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My long wait is rewarded

Updated: Jan 15


Finally. After 75 years, I can hold in my hands a photograph of my birth father.


Last year I set out to learn the truth about my heritage. I wanted to know about my grandparents in Ukraine, about my mother's life as a slave for the Nazis in WW2, and about the Displaced Persons camp in Germany where I was born.

And I wanted to know about my father. I wanted a photograph of the man who was cut out of my life when I was just four years old.

Cut out, literally. When my mother gathered me up and left my father in Timmins, Northern Ontario, she took the scissors to every photograph she could find and cut him out of the picture.

And so I started searching. I found a group photo taken in the Weiden DP camp. My mother, pregnant with me, is standing behind a man, her hands on his shoulders. Was that man my father, Stanislaw Zebrowski? I had a hunch it was.

Then I found a couple more pictures, my mother Mary standing with - or close to - other men. Which one was my father?

The breakthrough came in Kirkland Lake, Ontario. I discovered that Stanislaw died in a nursing home there, in 1978.

And then I discovered Sonia Pietrasik-Lang, who had nursed my father in his last years.

I showed her the three pictures of the men I thought could be my father. She picked a photo that was not my first choice. Bear in mind the photo was taken 30 years before she met him, and it's 40 years since he died.

But Sonia was not sure. So she called her friend Laurie Wein, who had worked with her at the nursing home. Laurie also nursed my father.

Sonia and Laurie studied the pictures. They reminisced about nursing the proud Polish man who'd been crippled by a stroke.

Sonia stared at the nose and the jaw. Laurie was drawn to his eyes.

And they agreed. Photo number two was the man they'd nursed. The man with the soldier's cap on.

And that was the man I thought was my father, the man in the group photo with my mother's hands on his shoulders.

In her message to me this week, after her meeting with Laurie, Sonia said: ”I recognize nose and jaw line for sure. Laurie his eyes. So we’re are absolutely certain (it’s) number two with the hat.”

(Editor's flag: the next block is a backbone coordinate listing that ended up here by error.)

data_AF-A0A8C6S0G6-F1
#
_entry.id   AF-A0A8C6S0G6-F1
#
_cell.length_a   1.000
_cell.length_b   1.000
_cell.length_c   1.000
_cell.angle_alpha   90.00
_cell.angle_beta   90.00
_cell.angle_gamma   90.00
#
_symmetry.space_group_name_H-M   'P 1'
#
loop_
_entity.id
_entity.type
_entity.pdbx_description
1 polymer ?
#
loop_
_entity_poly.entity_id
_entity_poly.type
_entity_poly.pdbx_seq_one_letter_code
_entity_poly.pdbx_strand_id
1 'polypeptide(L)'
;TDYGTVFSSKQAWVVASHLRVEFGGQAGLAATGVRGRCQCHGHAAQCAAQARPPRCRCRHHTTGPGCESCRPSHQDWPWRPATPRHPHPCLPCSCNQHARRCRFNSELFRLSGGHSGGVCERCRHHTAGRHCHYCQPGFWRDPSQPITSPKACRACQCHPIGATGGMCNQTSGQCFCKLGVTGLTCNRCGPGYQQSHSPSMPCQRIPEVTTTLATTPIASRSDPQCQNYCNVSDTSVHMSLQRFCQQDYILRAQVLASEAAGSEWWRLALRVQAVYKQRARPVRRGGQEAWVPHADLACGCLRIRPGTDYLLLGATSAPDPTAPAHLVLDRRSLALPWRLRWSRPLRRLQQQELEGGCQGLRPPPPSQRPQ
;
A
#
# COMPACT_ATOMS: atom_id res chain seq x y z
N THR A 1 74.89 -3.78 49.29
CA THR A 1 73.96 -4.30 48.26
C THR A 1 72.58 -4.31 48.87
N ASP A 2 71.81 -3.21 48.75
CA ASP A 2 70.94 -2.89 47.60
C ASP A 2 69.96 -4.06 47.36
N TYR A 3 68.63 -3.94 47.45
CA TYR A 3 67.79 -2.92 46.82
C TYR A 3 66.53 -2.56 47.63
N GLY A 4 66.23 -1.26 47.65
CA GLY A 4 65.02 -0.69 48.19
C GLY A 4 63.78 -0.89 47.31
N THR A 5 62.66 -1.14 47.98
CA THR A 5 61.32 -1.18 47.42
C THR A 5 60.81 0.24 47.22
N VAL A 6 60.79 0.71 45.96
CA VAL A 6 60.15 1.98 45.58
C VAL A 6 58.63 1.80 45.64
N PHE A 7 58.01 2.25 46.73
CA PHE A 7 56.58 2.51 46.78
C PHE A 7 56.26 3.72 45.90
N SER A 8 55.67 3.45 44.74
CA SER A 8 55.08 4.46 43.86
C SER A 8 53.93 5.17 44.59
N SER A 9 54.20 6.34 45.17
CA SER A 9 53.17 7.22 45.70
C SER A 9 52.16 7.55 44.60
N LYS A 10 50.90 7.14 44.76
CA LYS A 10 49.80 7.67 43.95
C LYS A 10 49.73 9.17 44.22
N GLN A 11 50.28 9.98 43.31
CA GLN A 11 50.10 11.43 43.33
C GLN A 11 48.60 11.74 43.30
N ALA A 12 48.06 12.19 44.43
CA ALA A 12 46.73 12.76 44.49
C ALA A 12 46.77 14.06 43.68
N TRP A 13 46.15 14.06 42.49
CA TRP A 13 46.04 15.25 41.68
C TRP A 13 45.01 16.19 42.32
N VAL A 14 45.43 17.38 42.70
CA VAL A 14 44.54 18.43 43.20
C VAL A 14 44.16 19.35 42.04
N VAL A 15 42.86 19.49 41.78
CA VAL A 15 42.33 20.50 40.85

I had spoken to Laurie earlier. She told me my father was a quiet man. He seemed to enjoy being in the nursing home. I’m sure he did after his hard-scrabble life as a prisoner of war, a refugee, and then working in the lumber camps of northern Ontario.

Sonia added in her message confirming my father's identity: “Hope this makes you happy.”

It makes me very, very happy. Intuitively I felt the soldier was my father but I had no proof. Now Sonia and Laurie have provided that proof. I’m so grateful to them.

I’ve been staring at the picture. Standing behind my father, with her hands on his shoulders, is my mother. If you look closely at her belly, you can she she was pregnant - with me. In some bizarre way this is a family photo. The only one I have.


FOOTNOTE

Within a couple of days of posting this blog, I received another confirmation about the identity of my father.

This time the assurance that the man in the cap (bottom right in the group photo) was indeed Stanislaw Zebrowski came from Sherry Yee, another nurse's assistant at the Chateau Nursing Home back in the 1970s.

Sherry saw the blog on Facebook, after Sonia shared it. Sherry remembered my father as a heavy smoker, with limited English, and a man who got frustrated because of his paralysis.

But she was definite in her identification of the photograph.


So that's three people who nursed him in his last years who have confirmed his identity.

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